When you start a small business and finally get the ball rolling and start experiencing some growth, it’s time to get out of the “startup mentality”. You are no longer the plucky underdog, you are the competitive business finding their way in the market. That means looking to future plans for how you might grow and scale in the future. One of the directions that many will seek to take is the route overseas. Many businesses want to take to the world stage and many will fail. What does it take to keep going where they fall?
Some knowledge of where you’re going
You need the first-hand experience of the country you want to move into. Take a trip over and see the market with your own eyes. Back it up with overseas market research to make sure that there’s actually room for your business. Try to be aware of the needs of the consumer of that country and whether your product might not actually appeal to them even if there aren’t competitors on the market.
A talent for translation
You have the product or service you want to take over and, if you follow the tip above, you have the market research that will help you better understand the new demographics you’re trying to reach. But do you have the brand? Your branding might work perfectly for your current market, but that doesn’t mean that a simple translation of the website and new text on old marketing materials is going to make the brand a fit for the new country. There are cultural differences, including differences in taboos, propriety, and historical significance, that can make one image or one phrase perfectly fine in one country and disastrous in another. You need more than a translation service, you need localization services to make sure you don’t make any brand faux pas.
Friends in the right places
You are going to need a new host of business partners overseas, as well. Supplier, contractors, retailers, wholesalers, IT services, so on and so forth. Everyone that your business works with back home, that’s who you’re going to need overseas, as well. It might mean repeat trips back to the country you’re hoping to expand to. Furthermore, international trade fairs can be an excellent opportunity to network. Not just with the friends you will make overseas, but other entrepreneurs who have made the same move. These potential friends could recommend or refer you to some of the services and business partners they have made.
Every country has its own laws and if you’re hoping to open your doors in that state, you need to know them. Import/export laws, business structure, tax law, health/safety, environmental laws, employment law and rights, and much more. Don’t assume you can run your business in the same way or even offer the same products and services until you have some understanding of regulations and legal responsibilities within that country. International business lawyers can help you understand the big differences between the laws you know and their comparisons overseas. Make sure that you hire legal advice that is specifically versed in the laws of that country in particular, too. You need precise advice and information, not approximates.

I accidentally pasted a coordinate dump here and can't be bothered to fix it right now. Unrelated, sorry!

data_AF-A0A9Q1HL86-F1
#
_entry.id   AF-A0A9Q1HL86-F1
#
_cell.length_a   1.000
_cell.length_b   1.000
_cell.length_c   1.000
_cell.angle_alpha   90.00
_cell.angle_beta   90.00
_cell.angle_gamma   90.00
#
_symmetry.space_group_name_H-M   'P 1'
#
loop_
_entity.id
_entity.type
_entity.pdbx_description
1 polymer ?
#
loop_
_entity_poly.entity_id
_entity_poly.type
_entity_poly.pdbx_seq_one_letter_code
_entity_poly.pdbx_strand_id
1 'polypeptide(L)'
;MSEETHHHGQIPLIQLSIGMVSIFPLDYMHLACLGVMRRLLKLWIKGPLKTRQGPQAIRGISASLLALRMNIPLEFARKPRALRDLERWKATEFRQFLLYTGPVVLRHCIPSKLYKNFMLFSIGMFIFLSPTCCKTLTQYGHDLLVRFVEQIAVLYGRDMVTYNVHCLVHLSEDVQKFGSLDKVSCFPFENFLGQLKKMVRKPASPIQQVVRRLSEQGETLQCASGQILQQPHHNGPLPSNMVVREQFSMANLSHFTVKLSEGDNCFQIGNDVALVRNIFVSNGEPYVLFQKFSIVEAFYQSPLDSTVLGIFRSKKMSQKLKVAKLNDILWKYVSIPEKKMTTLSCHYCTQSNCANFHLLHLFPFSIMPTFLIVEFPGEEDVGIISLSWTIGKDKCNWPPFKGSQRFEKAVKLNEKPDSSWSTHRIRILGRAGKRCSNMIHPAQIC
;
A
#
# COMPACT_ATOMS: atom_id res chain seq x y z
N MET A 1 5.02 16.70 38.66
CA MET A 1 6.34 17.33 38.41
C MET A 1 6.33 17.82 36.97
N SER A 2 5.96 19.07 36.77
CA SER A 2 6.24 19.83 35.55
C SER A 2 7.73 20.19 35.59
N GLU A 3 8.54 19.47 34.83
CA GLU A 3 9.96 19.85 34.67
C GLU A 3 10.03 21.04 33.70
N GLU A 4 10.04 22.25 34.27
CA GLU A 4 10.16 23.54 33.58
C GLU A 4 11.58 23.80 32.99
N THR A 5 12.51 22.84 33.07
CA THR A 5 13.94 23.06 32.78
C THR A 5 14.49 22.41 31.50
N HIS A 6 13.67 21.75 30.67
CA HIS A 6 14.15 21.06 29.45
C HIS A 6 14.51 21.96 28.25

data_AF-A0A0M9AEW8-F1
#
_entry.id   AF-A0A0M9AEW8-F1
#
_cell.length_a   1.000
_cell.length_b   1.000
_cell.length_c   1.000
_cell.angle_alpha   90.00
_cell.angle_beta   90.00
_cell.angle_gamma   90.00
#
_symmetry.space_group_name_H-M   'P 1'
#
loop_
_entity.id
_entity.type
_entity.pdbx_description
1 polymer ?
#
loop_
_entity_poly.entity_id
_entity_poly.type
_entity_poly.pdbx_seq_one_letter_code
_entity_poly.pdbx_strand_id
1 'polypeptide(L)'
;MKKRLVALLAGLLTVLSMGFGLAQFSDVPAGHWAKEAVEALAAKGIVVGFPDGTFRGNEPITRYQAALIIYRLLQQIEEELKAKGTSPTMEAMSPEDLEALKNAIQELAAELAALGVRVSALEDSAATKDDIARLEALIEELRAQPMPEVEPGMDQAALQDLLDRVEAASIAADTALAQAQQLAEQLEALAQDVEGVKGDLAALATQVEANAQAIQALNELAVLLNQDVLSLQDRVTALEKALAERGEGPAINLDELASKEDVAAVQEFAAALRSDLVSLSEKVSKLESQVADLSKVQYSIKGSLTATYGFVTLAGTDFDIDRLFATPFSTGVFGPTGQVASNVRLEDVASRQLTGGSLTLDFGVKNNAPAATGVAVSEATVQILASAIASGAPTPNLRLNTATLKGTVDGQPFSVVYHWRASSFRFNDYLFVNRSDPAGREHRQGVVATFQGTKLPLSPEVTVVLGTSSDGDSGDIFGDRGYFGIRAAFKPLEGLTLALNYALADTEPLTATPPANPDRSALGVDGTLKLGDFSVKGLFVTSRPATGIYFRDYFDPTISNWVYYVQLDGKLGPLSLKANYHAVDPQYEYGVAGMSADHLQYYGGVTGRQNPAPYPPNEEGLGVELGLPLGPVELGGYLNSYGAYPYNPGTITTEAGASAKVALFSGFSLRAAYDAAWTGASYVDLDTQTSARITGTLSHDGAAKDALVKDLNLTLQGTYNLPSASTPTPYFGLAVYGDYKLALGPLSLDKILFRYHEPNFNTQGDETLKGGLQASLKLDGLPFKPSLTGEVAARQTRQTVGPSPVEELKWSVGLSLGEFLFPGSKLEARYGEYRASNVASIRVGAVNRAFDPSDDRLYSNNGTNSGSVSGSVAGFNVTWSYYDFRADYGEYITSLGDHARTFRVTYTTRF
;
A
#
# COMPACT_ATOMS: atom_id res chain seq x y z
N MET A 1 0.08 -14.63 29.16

The big move
How do you get the resources, assets, and stock that you have at home to a new country? That’s a question you need to figure out in advance. Logistics must be a concern, whether you’re moving stock, equipment, or staff. You need to find property in advance and start thinking about transport methods. Shipping companies can be of great help and might be some of the cheapest ways to shift cargo, but using cargo plans through an air charter service can give you a more direct route over with the resources you need. You have to weigh it up: how many resources and assets are you going to have to buy anew in a new land and how much can you afford to take over yourself? Do you have to set up manufacturing processes in a new location and deal with all the new legal and employment implications with that, or will you take the added cost of creating a supply chain for your new location?
Communication, communication, communication
You might have set up an office and got your services up and running in a new land, but that doesn’t mean that your challenges are over. Once you reach the world stage, you have to prove that you’re able to handle it there. Running multiple locations across multiple countries is not the same as opening a new office in a different town or state. The priority, above all else, is maintaining open lines of communication with your global team. Beyond phone calls and emails, start creating and sharing sticky information, showing the different goals of individual teams, and be aware that your overseas counterparts aren’t always, and shouldn’t be, working with the same focuses in mind. Understand when their goals are different, why they are, how it relates to a different market, and be prepared some asymmetry. Opening an overseas arm of the business is like opening a different company. You can have some shape in the direction they take but be aware that they operate in a different world. The only way to understand it is to communicate openly, listen as much as you dictate, and visit from time to time.
Know your costs and what you need
The tips above should give you some ideas of the actions you’re going to have to take and some of the costs you need to consider. Moving overseas can always throw some unexpected curveballs at you but budget the expansion as best as you can and make sure that you had the funding and resources ready for it. It’s not something you can just wing.
There’s no denying the risk inherent with expanding your business overseas. There are some ways to mitigate that risk by looking at franchise opportunities, instead, but it’s a big move. Make sure that you’re tapping the market you have for the resources you need and spend plenty of time prepping before you make any move. Reckless expansion to new territories does not work out in business.